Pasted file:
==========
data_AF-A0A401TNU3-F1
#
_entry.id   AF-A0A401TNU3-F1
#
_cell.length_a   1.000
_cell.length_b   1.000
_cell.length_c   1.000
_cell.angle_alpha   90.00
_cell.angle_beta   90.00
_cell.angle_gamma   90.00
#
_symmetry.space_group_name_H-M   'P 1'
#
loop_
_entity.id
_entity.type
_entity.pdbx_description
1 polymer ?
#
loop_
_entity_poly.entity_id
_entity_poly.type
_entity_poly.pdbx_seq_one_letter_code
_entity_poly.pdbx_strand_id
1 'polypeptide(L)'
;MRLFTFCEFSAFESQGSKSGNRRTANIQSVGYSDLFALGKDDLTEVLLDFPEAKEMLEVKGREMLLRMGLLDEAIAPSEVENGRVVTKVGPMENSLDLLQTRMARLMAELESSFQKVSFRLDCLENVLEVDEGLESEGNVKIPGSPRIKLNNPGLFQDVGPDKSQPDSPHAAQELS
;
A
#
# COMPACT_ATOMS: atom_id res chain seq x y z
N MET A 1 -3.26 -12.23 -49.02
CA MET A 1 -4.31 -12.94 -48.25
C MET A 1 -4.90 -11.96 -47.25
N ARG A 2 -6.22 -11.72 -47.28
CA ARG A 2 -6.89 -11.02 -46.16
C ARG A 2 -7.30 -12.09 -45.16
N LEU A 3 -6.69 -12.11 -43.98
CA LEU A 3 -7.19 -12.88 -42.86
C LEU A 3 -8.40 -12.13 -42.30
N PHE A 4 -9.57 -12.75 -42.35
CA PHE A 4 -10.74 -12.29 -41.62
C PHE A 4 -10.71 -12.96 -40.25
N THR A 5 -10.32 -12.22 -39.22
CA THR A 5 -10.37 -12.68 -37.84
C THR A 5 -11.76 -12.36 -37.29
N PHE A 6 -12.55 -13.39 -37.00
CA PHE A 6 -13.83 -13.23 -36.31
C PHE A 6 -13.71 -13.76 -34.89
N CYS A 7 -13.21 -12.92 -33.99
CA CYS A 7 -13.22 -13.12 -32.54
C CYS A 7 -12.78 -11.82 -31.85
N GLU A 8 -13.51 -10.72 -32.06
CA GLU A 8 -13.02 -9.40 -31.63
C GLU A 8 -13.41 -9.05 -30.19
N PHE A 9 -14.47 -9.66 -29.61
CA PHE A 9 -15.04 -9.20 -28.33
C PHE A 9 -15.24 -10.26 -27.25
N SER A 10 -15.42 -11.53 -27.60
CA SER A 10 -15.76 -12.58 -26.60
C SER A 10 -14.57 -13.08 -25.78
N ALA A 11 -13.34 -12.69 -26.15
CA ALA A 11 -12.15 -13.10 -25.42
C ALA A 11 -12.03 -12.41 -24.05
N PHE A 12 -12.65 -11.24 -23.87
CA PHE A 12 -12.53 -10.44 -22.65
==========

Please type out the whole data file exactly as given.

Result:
data_AF-A0A401TNU3-F1
#
_entry.id   AF-A0A401TNU3-F1
#
_cell.length_a   1.000
_cell.length_b   1.000
_cell.length_c   1.000
_cell.angle_alpha   90.00
_cell.angle_beta   90.00
_cell.angle_gamma   90.00
#
_symmetry.space_group_name_H-M   'P 1'
#
loop_
_entity.id
_entity.type
_entity.pdbx_description
1 polymer ?
#
loop_
_entity_poly.entity_id
_entity_poly.type
_entity_poly.pdbx_seq_one_letter_code
_entity_poly.pdbx_strand_id
1 'polypeptide(L)'
;MRLFTFCEFSAFESQGSKSGNRRTANIQSVGYSDLFALGKDDLTEVLLDFPEAKEMLEVKGREMLLRMGLLDEAIAPSEVENGRVVTKVGPMENSLDLLQTRMARLMAELESSFQKVSFRLDCLENVLEVDEGLESEGNVKIPGSPRIKLNNPGLFQDVGPDKSQPDSPHAAQELS
;
A
#
# COMPACT_ATOMS: atom_id res chain seq x y z
N MET A 1 -3.26 -12.23 -49.02
CA MET A 1 -4.31 -12.94 -48.25
C MET A 1 -4.90 -11.96 -47.25
N ARG A 2 -6.22 -11.72 -47.28
CA ARG A 2 -6.89 -11.02 -46.16
C ARG A 2 -7.30 -12.09 -45.16
N LEU A 3 -6.69 -12.11 -43.98
CA LEU A 3 -7.19 -12.88 -42.86
C LEU A 3 -8.40 -12.13 -42.30
N PHE A 4 -9.57 -12.75 -42.35
CA PHE A 4 -10.74 -12.29 -41.62
C PHE A 4 -10.71 -12.96 -40.25
N THR A 5 -10.32 -12.22 -39.22
CA THR A 5 -10.37 -12.68 -37.84
C THR A 5 -11.76 -12.36 -37.29
N PHE A 6 -12.55 -13.39 -37.00
CA PHE A 6 -13.83 -13.23 -36.31
C PHE A 6 -13.71 -13.76 -34.89
N CYS A 7 -13.21 -12.92 -33.99
CA CYS A 7 -13.22 -13.12 -32.54
C CYS A 7 -12.78 -11.82 -31.85
N GLU A 8 -13.51 -10.72 -32.06
CA GLU A 8 -13.02 -9.40 -31.63
C GLU A 8 -13.41 -9.05 -30.19
N PHE A 9 -14.47 -9.66 -29.61
CA PHE A 9 -15.04 -9.20 -28.33
C PHE A 9 -15.24 -10.26 -27.25
N SER A 10 -15.42 -11.53 -27.60
CA SER A 10 -15.76 -12.58 -26.60
C SER A 10 -14.57 -13.08 -25.78
N ALA A 11 -13.34 -12.69 -26.15
CA ALA A 11 -12.15 -13.10 -25.42
C ALA A 11 -12.03 -12.41 -24.05
N PHE A 12 -12.65 -11.24 -23.87
CA PHE A 12 -12.53 -10.44 -22.65